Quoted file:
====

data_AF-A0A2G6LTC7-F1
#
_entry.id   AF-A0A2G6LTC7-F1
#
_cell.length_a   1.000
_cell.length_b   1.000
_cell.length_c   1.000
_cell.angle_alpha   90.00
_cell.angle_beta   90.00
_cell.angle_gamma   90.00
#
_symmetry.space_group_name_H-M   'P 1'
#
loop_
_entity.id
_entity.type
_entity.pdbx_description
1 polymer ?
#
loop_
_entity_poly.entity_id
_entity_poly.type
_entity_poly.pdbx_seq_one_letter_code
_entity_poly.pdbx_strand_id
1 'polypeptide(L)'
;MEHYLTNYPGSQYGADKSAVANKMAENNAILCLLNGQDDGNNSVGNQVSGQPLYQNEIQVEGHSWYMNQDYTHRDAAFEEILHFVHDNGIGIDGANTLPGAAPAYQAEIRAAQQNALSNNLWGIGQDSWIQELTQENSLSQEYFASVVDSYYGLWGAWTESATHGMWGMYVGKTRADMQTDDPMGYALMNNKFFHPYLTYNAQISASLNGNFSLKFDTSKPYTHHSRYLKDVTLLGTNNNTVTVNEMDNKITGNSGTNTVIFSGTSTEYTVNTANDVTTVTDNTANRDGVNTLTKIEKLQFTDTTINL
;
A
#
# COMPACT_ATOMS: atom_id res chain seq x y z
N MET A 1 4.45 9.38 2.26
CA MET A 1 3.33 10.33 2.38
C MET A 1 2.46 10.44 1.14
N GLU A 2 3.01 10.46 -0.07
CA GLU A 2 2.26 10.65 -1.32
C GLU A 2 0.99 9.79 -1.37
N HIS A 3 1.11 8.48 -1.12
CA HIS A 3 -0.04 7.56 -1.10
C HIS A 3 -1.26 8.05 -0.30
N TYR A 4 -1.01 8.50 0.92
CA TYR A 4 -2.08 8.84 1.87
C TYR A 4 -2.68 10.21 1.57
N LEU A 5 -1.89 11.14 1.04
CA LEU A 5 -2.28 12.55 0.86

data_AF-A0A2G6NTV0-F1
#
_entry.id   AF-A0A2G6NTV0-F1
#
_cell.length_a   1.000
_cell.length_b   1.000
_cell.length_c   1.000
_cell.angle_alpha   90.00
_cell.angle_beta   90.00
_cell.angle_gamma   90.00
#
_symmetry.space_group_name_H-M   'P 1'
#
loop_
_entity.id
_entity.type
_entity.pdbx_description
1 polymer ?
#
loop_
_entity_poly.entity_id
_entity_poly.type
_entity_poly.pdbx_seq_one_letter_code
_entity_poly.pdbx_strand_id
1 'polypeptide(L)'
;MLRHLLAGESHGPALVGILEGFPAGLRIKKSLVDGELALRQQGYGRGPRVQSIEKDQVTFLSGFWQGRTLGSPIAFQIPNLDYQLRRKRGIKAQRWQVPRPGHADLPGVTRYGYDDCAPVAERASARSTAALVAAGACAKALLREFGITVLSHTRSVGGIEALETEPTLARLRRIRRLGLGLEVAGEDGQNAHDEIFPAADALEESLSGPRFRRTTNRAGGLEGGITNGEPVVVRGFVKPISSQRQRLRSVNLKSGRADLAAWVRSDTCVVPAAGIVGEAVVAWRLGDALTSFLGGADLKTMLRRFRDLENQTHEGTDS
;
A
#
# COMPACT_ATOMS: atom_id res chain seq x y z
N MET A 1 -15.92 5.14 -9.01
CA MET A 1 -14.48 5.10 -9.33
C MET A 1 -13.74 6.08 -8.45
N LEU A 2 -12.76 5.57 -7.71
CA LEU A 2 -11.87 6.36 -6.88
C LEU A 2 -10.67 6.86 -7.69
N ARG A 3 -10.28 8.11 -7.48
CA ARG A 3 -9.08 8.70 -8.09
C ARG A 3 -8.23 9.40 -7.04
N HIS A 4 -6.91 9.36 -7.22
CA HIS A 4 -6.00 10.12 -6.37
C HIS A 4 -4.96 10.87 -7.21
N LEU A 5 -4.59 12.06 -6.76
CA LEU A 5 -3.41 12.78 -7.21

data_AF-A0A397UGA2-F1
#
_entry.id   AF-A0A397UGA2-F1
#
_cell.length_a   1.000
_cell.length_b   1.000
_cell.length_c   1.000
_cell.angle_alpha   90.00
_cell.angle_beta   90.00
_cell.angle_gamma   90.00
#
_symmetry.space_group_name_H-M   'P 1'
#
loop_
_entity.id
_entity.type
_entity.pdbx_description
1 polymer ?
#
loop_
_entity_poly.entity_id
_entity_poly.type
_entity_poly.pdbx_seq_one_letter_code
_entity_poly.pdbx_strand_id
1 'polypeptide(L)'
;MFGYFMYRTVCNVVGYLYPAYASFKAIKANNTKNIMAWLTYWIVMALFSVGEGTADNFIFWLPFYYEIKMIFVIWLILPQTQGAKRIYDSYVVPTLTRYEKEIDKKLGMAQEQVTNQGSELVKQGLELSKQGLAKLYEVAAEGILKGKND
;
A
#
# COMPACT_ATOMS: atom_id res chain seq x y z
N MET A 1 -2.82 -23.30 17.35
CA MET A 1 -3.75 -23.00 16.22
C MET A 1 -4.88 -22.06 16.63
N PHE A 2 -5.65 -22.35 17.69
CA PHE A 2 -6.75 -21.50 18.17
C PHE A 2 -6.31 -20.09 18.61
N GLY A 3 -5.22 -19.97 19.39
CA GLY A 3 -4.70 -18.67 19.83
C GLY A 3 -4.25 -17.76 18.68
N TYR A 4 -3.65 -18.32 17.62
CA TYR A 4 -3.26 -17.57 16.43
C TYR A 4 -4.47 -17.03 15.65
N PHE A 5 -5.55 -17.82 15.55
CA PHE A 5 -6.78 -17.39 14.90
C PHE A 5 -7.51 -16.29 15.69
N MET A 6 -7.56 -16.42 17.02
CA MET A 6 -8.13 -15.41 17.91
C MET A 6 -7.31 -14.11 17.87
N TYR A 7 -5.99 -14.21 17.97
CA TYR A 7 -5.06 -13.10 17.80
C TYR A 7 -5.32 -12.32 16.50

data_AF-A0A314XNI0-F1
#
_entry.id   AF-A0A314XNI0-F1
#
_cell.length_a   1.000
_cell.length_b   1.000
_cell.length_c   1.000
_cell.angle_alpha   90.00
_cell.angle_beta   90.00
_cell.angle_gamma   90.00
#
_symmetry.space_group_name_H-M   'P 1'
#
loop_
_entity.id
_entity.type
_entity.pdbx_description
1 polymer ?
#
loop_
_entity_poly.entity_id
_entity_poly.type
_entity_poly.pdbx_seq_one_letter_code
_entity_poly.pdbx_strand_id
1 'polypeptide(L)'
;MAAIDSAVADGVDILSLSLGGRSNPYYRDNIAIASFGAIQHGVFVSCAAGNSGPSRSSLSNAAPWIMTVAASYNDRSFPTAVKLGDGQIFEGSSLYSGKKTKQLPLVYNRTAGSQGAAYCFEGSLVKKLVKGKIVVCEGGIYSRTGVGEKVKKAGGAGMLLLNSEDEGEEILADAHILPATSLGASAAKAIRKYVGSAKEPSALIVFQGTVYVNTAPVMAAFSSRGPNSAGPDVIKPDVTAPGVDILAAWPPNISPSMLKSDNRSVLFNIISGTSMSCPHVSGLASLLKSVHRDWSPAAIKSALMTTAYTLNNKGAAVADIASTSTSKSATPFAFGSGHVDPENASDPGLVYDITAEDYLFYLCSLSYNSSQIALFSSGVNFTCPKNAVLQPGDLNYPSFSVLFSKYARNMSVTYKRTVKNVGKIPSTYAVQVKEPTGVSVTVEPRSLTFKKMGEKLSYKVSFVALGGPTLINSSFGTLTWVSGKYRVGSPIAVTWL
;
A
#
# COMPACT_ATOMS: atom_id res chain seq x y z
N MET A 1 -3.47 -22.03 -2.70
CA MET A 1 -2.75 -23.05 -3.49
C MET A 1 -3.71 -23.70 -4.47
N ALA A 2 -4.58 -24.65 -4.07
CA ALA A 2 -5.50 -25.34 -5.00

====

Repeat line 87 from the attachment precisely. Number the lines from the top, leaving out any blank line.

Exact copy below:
N LEU A 5 -4.59 12.06 -6.76